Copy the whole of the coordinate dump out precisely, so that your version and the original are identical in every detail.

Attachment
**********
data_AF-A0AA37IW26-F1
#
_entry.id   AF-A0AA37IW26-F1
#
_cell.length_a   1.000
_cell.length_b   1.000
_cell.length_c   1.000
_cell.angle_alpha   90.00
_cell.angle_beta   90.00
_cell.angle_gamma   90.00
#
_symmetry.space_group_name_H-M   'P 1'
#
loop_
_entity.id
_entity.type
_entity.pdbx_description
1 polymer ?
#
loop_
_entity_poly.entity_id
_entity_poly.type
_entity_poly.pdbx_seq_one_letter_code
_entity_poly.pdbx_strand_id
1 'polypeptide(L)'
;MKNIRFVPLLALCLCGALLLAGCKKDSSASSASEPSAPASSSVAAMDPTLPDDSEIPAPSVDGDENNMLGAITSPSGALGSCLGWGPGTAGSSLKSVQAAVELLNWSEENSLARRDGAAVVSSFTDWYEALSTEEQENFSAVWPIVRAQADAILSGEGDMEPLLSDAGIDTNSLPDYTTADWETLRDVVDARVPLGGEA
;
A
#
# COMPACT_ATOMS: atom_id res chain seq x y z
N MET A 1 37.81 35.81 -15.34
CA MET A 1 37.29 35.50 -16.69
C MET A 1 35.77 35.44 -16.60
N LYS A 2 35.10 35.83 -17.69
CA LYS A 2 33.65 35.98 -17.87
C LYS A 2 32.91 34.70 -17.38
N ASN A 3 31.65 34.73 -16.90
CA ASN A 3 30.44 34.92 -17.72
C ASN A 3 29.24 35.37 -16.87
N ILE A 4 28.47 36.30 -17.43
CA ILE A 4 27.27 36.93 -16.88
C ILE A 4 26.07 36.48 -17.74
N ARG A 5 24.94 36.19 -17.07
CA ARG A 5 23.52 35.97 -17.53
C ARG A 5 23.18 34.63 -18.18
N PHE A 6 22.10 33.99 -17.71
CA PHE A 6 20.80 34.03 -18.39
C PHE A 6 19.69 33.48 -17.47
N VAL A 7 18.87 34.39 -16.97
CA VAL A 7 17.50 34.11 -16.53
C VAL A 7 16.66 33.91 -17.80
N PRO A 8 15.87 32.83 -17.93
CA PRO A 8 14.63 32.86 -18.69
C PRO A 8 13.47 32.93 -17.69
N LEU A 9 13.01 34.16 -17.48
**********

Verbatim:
data_AF-A0AA37IW26-F1
#
_entry.id   AF-A0AA37IW26-F1
#
_cell.length_a   1.000
_cell.length_b   1.000
_cell.length_c   1.000
_cell.angle_alpha   90.00
_cell.angle_beta   90.00
_cell.angle_gamma   90.00
#
_symmetry.space_group_name_H-M   'P 1'
#
loop_
_entity.id
_entity.type
_entity.pdbx_description
1 polymer ?
#
loop_
_entity_poly.entity_id
_entity_poly.type
_entity_poly.pdbx_seq_one_letter_code
_entity_poly.pdbx_strand_id
1 'polypeptide(L)'
;MKNIRFVPLLALCLCGALLLAGCKKDSSASSASEPSAPASSSVAAMDPTLPDDSEIPAPSVDGDENNMLGAITSPSGALGSCLGWGPGTAGSSLKSVQAAVELLNWSEENSLARRDGAAVVSSFTDWYEALSTEEQENFSAVWPIVRAQADAILSGEGDMEPLLSDAGIDTNSLPDYTTADWETLRDVVDARVPLGGEA
;
A
#
# COMPACT_ATOMS: atom_id res chain seq x y z
N MET A 1 37.81 35.81 -15.34
CA MET A 1 37.29 35.50 -16.69
C MET A 1 35.77 35.44 -16.60
N LYS A 2 35.10 35.83 -17.69
CA LYS A 2 33.65 35.98 -17.87
C LYS A 2 32.91 34.70 -17.38
N ASN A 3 31.65 34.73 -16.90
CA ASN A 3 30.44 34.92 -17.72
C ASN A 3 29.24 35.37 -16.87
N ILE A 4 28.47 36.30 -17.43
CA ILE A 4 27.27 36.93 -16.88
C ILE A 4 26.07 36.48 -17.74
N ARG A 5 24.94 36.19 -17.07
CA ARG A 5 23.52 35.97 -17.53
C ARG A 5 23.18 34.63 -18.18
N PHE A 6 22.10 33.99 -17.71
CA PHE A 6 20.80 34.03 -18.39
C PHE A 6 19.69 33.48 -17.47
N VAL A 7 18.87 34.39 -16.97
CA VAL A 7 17.50 34.11 -16.53
C VAL A 7 16.66 33.91 -17.80
N PRO A 8 15.87 32.83 -17.93
CA PRO A 8 14.63 32.86 -18.69
C PRO A 8 13.47 32.93 -17.69
N LEU A 9 13.01 34.16 -17.48